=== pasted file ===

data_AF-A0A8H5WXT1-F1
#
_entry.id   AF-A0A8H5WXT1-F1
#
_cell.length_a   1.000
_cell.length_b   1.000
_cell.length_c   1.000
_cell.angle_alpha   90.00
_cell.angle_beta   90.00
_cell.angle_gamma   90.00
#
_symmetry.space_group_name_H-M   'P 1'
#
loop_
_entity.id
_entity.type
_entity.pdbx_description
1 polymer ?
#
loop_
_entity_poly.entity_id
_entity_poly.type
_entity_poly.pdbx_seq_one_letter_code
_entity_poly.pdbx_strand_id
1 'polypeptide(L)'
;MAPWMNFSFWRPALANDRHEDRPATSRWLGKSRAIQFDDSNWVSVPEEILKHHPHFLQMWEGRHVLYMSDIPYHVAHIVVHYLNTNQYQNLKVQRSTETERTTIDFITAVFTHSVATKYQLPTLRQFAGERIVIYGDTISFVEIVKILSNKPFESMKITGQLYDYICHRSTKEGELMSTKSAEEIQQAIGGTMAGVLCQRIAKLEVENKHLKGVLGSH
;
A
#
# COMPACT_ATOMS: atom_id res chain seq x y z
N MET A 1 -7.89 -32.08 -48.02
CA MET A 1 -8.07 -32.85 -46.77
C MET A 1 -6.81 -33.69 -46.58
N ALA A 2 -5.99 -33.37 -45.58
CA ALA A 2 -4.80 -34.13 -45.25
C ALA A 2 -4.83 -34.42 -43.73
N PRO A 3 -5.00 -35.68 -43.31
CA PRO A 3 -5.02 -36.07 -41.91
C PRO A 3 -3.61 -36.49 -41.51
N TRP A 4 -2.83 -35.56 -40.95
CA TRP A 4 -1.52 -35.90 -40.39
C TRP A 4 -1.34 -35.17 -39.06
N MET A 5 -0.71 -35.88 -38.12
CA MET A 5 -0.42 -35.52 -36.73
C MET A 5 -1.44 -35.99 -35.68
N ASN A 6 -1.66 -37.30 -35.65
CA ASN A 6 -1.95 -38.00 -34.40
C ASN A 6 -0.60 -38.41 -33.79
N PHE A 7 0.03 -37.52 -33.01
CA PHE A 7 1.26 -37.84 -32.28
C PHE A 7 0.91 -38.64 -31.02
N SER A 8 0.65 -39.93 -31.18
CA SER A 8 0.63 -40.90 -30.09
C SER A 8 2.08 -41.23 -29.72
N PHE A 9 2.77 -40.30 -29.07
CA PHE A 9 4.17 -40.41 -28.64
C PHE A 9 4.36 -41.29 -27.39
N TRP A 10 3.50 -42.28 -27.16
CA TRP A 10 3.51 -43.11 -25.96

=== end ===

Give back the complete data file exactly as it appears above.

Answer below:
data_AF-A0A8H5WXT1-F1
#
_entry.id   AF-A0A8H5WXT1-F1
#
_cell.length_a   1.000
_cell.length_b   1.000
_cell.length_c   1.000
_cell.angle_alpha   90.00
_cell.angle_beta   90.00
_cell.angle_gamma   90.00
#
_symmetry.space_group_name_H-M   'P 1'
#
loop_
_entity.id
_entity.type
_entity.pdbx_description
1 polymer ?
#
loop_
_entity_poly.entity_id
_entity_poly.type
_entity_poly.pdbx_seq_one_letter_code
_entity_poly.pdbx_strand_id
1 'polypeptide(L)'
;MAPWMNFSFWRPALANDRHEDRPATSRWLGKSRAIQFDDSNWVSVPEEILKHHPHFLQMWEGRHVLYMSDIPYHVAHIVVHYLNTNQYQNLKVQRSTETERTTIDFITAVFTHSVATKYQLPTLRQFAGERIVIYGDTISFVEIVKILSNKPFESMKITGQLYDYICHRSTKEGELMSTKSAEEIQQAIGGTMAGVLCQRIAKLEVENKHLKGVLGSH
;
A
#
# COMPACT_ATOMS: atom_id res chain seq x y z
N MET A 1 -7.89 -32.08 -48.02
CA MET A 1 -8.07 -32.85 -46.77
C MET A 1 -6.81 -33.69 -46.58
N ALA A 2 -5.99 -33.37 -45.58
CA ALA A 2 -4.80 -34.13 -45.25
C ALA A 2 -4.83 -34.42 -43.73
N PRO A 3 -5.00 -35.68 -43.31
CA PRO A 3 -5.02 -36.07 -41.91
C PRO A 3 -3.61 -36.49 -41.51
N TRP A 4 -2.83 -35.56 -40.95
CA TRP A 4 -1.52 -35.90 -40.39
C TRP A 4 -1.34 -35.17 -39.06
N MET A 5 -0.71 -35.88 -38.12
CA MET A 5 -0.42 -35.52 -36.73
C MET A 5 -1.44 -35.99 -35.68
N ASN A 6 -1.66 -37.30 -35.65
CA ASN A 6 -1.95 -38.00 -34.40
C ASN A 6 -0.60 -38.41 -33.79
N PHE A 7 0.03 -37.52 -33.01
CA PHE A 7 1.26 -37.84 -32.28
C PHE A 7 0.91 -38.64 -31.02
N SER A 8 0.65 -39.93 -31.18
CA SER A 8 0.63 -40.90 -30.09
C SER A 8 2.08 -41.23 -29.72
N PHE A 9 2.77 -40.30 -29.07
CA PHE A 9 4.17 -40.41 -28.64
C PHE A 9 4.36 -41.29 -27.39
N TRP A 10 3.50 -42.28 -27.16
CA TRP A 10 3.51 -43.11 -25.96